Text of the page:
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Key trends and drivers of change in information and communication technologies and work location

August 2, 2017

As part of our work with the European Agency for Safety and Health at work (EU-OSHA), on their project ‘Foresight on new and emerging occupational safety and health risks associated with information and communication technologies and work location by 2025’. we produced a report on the key trends and drivers in ICT and work location. This report is now available via our website here.

Trends and key drivers of change were identified in a three-stage process: horizon scanning, consultation with experts through phone interviews and a Delphi-like survey and then a mini-workshop. The report lists and describes these important trends and drivers, which are organised by STEEP (Societal, Technological, Economic, Environmental and Political) category.

From demographic changes to technological innovations, these are the factors that will decide what occupational safety and health (OSH) challenges, associated with the digitalisation of work faces Europe in 2025.

Naturally, we found both potential benefits and risks for OSH. The main benefits included:

  • Removing people from hazardous environments through the use of robotics
  • Providing new means of promoting good OSH practice.

Risks were primarily psycho-social, relating to issues arising from work-related stress, 24/7 working practices and the loss of hierarchy and interaction at work, and ergonomic, through the use of mobile devices and novel human-machine interfaces.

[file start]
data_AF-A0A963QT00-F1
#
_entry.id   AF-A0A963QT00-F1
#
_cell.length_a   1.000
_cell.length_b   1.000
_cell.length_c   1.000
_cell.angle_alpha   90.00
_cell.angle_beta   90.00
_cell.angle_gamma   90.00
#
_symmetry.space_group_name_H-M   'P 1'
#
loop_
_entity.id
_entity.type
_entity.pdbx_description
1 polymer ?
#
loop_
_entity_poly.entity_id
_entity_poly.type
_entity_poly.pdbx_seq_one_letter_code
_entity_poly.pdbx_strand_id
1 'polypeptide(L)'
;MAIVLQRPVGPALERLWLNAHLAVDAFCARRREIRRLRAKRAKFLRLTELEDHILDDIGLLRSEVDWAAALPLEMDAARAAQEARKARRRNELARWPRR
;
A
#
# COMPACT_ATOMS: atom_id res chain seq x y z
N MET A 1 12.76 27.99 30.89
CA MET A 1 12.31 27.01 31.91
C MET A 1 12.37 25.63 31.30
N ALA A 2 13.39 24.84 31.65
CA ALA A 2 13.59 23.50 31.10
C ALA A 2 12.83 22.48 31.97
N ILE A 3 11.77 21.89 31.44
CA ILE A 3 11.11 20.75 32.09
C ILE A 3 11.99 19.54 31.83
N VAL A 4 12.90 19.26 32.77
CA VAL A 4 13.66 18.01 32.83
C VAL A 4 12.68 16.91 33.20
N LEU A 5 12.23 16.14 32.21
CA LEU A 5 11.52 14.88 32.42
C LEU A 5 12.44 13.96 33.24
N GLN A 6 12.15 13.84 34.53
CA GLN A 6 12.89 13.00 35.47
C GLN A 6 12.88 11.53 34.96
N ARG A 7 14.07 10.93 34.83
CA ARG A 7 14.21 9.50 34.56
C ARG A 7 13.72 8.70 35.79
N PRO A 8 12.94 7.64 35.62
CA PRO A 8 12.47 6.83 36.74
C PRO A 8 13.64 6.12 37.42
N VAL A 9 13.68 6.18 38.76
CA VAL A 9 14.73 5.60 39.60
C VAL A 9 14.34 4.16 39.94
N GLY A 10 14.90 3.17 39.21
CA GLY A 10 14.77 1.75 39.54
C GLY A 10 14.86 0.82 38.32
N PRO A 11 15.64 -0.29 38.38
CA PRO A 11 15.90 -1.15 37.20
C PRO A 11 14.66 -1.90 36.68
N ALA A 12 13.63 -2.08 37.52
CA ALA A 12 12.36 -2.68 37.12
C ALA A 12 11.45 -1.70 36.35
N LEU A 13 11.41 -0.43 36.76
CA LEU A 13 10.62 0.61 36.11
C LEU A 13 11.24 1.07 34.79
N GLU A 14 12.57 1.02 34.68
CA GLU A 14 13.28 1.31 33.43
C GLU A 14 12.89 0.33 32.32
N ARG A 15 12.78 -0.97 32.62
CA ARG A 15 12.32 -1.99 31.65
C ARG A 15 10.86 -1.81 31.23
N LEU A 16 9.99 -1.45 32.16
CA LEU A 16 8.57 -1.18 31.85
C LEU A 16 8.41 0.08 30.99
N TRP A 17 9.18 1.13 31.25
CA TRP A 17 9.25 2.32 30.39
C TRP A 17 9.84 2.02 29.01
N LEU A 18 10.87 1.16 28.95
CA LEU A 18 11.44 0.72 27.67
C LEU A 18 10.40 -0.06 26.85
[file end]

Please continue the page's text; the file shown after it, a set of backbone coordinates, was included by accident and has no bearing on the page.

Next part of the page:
Some 17 key drivers and trends were identified.

  1. Virtual and flexible working, including zero-hours contracts and platform working
  2. Changes in supply chains, with more sub-contracting and an increase in e-commerce
  3. The rise of small/micro- businesses, with opportunities for entrepreneurs but also pseudo self-employment
  4. The European Single Market, and the effectiveness of regulation
  5. Challenges of the economic environment – rates of growth, globalisation or its converse, and levels of investment
  6. Gaps in ICT skills and the need for frequent re-training
  7. Attitudes to online privacy, online bullying and ethics
  8. The scope for collective action, perhaps through social media
  9. The economic value of data and the rise of the knowledge economy
  10. Population demographics: the ageing population, migration, generational differences and the proportion of women in the workforce
  11. Built-in OSH, through user-centred design
  12. Robotics, AI and autonomous vehicles
  13. Internet of Things and big data
  14. Cybersecurity
  15. Virtual reality and augmented reality
  16. Growth of communications networks
  17. Man-machine interfaces, including direct computer/brain interfaces.

Later parts of the project convert these drivers into scenarios and then policies are tested against each. Further reports will also become publicly available in due course.

Written by Huw Williams, SAMI Principal.

The views expressed are those of the author and not necessarily of SAMI Consulting.

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